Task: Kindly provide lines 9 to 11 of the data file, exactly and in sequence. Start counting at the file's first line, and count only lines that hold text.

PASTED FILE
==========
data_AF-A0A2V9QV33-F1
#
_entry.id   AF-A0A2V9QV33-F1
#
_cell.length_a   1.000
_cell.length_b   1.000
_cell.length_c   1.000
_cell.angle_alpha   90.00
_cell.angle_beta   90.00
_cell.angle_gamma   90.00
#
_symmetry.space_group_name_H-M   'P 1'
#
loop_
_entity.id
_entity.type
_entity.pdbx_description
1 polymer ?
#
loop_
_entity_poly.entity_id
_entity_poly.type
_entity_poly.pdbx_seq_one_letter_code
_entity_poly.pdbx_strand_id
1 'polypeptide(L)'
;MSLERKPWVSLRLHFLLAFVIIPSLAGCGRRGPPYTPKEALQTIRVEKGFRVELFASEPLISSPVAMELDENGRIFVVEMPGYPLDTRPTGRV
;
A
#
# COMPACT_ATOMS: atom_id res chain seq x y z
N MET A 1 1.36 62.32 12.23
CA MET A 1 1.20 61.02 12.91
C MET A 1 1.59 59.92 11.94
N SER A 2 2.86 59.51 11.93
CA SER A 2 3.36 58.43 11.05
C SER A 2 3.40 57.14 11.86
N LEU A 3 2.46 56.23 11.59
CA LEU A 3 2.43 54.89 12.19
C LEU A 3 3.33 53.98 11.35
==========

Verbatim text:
_cell.angle_beta   90.00
_cell.angle_gamma   90.00
#